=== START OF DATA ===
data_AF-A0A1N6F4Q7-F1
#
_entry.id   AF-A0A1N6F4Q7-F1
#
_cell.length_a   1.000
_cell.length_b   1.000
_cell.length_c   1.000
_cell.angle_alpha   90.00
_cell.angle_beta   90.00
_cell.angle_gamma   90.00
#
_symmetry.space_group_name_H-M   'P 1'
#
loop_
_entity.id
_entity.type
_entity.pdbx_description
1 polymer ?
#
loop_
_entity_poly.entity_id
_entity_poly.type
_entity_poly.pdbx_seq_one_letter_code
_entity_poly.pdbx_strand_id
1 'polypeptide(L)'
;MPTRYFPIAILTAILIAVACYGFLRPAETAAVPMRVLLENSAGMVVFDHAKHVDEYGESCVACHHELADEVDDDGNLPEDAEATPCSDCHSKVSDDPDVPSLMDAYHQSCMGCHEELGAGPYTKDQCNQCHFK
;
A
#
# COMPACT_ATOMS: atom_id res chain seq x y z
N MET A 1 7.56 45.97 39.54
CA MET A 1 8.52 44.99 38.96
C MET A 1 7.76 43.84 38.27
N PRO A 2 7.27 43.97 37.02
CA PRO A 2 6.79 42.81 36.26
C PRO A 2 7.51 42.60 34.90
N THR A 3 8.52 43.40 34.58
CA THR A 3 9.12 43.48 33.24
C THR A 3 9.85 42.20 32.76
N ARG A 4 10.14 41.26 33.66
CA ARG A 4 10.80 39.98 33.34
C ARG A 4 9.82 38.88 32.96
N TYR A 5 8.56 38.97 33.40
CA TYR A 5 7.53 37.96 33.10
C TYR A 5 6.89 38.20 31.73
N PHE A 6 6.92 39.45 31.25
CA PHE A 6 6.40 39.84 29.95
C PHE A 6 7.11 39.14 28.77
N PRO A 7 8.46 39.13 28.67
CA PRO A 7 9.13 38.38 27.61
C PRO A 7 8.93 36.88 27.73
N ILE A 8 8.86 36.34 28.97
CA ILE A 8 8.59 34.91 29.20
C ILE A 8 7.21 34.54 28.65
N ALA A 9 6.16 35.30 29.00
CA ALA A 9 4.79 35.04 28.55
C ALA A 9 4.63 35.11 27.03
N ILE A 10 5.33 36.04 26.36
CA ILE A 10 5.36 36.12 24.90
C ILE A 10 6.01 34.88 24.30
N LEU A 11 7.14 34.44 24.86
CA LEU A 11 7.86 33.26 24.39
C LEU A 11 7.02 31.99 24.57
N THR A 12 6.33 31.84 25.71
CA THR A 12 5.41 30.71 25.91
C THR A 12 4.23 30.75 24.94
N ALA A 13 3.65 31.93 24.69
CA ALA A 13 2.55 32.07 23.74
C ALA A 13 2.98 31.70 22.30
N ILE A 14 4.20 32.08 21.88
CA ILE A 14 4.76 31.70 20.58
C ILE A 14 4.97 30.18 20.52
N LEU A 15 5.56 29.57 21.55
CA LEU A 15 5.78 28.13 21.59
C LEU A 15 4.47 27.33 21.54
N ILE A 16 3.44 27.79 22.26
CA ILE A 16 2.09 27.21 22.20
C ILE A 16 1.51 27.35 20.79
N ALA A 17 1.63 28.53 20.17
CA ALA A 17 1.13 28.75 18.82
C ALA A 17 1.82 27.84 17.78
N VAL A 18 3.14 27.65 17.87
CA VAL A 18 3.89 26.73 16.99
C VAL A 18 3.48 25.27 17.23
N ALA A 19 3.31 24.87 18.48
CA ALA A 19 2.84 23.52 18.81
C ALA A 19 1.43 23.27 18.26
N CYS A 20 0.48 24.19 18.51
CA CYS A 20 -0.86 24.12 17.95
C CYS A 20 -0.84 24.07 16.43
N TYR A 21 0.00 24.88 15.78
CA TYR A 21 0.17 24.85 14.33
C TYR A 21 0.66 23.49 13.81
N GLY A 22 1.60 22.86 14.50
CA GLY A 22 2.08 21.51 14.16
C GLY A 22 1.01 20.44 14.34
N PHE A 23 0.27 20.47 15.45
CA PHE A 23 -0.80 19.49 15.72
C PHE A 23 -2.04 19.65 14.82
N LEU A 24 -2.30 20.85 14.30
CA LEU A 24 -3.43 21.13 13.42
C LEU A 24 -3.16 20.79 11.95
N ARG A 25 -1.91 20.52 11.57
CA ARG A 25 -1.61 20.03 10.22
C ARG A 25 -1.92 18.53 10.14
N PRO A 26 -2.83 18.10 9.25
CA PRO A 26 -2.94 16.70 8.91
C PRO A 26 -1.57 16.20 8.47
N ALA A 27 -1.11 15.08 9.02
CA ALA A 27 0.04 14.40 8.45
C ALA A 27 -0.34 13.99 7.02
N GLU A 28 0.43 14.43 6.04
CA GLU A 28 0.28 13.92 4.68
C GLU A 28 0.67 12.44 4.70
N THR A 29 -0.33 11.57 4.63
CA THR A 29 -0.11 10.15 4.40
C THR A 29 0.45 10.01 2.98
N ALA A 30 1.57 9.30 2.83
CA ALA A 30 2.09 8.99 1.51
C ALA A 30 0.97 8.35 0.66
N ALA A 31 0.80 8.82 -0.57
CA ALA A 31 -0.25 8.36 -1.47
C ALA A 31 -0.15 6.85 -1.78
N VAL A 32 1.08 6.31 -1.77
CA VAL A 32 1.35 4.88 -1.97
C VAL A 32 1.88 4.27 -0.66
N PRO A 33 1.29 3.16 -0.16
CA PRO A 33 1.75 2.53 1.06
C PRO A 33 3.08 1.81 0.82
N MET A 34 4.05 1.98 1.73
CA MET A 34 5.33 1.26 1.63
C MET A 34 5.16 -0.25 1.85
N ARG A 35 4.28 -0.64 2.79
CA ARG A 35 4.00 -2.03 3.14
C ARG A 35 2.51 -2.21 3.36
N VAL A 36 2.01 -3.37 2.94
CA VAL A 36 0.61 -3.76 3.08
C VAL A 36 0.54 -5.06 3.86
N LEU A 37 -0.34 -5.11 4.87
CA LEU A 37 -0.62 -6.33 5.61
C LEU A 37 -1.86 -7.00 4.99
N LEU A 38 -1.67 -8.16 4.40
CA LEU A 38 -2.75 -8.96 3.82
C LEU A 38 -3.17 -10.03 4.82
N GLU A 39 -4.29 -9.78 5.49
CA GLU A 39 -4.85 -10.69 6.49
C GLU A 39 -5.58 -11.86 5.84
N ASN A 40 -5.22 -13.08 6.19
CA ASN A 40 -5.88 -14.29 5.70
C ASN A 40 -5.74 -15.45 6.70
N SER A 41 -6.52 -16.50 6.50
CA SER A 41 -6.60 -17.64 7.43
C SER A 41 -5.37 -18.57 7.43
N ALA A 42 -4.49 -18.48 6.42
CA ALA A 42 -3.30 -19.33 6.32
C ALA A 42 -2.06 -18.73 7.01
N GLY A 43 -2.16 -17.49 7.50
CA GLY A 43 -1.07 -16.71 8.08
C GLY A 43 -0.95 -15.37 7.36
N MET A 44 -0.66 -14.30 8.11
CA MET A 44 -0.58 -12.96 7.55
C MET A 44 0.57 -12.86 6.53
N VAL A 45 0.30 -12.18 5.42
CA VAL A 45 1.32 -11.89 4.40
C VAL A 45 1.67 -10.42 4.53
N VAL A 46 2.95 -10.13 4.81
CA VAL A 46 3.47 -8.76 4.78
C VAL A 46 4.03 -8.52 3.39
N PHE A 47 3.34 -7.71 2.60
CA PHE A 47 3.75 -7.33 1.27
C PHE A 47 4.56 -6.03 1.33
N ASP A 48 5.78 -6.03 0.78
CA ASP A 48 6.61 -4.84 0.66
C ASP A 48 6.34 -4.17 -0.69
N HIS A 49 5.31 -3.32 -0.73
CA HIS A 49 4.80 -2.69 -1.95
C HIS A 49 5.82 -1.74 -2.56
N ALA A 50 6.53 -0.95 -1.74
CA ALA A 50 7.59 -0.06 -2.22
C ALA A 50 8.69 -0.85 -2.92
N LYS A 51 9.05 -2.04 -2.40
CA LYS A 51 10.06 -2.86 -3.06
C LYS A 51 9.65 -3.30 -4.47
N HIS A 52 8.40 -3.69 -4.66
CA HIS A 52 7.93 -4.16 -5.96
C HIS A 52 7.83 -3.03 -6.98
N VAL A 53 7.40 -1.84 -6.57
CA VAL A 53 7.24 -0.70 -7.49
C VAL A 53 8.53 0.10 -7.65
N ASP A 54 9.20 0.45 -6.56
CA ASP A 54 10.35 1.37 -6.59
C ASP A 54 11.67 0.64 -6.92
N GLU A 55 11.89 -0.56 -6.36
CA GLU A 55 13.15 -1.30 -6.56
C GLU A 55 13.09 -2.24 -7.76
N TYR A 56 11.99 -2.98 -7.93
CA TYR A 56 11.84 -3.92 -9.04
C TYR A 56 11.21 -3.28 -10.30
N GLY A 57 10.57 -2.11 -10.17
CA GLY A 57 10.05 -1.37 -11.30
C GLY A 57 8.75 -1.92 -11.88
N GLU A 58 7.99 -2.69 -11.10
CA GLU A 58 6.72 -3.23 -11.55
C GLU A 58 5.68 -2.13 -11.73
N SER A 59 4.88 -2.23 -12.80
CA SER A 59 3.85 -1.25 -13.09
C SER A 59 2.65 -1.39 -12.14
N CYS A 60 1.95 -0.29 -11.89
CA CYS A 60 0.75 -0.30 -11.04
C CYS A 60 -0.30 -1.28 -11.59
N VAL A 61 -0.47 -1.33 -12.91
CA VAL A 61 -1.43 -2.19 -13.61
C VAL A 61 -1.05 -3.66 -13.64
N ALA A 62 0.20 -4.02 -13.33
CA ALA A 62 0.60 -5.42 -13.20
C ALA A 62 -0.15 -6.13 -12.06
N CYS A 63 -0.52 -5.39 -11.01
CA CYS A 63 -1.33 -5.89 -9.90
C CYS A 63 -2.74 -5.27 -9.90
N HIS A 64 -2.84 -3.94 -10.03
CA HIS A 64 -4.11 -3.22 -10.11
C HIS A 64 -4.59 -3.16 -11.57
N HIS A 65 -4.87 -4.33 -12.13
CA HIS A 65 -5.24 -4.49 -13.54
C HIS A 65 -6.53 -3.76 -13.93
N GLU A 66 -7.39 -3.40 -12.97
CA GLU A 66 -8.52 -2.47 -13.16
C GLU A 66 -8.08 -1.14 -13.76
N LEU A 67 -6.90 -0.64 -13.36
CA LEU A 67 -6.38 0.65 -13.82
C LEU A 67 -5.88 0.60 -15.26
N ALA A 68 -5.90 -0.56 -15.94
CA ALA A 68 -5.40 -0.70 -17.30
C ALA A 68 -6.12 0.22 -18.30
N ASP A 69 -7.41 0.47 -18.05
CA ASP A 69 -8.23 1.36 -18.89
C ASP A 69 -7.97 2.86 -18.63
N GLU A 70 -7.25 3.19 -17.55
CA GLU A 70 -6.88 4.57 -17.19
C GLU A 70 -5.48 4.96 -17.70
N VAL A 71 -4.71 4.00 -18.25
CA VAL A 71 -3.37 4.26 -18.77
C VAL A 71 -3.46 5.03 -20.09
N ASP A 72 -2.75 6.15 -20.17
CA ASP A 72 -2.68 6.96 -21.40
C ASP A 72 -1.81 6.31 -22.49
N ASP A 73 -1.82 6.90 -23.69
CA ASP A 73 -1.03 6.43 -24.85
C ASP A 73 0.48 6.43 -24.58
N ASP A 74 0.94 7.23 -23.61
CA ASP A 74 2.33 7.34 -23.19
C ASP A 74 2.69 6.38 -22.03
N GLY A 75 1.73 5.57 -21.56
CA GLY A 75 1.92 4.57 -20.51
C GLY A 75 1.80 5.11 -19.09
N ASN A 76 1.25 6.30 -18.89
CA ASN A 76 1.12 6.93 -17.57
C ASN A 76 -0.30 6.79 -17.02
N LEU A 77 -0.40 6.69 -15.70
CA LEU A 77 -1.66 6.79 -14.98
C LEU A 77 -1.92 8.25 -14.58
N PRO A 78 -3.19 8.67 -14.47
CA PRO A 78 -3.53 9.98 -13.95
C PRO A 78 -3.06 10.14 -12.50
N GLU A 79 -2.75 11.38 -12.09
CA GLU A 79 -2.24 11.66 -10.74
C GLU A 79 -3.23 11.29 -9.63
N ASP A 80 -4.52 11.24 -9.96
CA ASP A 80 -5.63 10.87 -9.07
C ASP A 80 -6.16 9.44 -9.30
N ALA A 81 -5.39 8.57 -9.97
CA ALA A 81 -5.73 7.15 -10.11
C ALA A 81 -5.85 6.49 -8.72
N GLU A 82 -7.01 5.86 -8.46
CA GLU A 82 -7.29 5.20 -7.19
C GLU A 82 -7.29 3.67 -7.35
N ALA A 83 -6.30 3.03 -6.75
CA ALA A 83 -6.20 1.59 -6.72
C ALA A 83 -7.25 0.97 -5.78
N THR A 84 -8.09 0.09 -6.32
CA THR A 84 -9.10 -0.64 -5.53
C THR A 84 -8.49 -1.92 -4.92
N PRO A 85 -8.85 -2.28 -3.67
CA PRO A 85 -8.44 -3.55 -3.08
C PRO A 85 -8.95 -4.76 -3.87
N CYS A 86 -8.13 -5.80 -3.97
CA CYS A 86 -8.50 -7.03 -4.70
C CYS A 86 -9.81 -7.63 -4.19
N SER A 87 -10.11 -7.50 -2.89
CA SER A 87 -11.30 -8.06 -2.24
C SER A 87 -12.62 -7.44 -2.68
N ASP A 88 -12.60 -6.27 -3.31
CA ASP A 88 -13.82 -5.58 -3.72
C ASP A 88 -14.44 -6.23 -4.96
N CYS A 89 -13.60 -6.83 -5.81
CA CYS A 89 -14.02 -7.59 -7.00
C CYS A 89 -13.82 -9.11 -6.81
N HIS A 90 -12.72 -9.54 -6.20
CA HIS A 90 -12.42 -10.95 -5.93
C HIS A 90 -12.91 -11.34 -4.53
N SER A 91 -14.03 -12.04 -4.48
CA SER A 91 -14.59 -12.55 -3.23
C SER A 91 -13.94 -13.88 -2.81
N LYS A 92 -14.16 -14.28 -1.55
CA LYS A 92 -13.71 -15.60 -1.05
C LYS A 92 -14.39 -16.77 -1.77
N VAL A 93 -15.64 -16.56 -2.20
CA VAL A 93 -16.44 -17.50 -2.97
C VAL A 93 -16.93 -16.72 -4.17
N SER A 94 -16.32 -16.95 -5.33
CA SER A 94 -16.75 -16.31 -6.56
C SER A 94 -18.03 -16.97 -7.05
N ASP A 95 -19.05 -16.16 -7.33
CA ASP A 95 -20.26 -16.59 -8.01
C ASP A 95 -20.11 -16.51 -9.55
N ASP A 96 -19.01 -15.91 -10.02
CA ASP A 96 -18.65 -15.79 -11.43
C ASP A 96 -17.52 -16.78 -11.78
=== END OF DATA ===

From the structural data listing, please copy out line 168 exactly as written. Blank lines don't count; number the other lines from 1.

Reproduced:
C VAL A 46 4.03 -8.52 3.39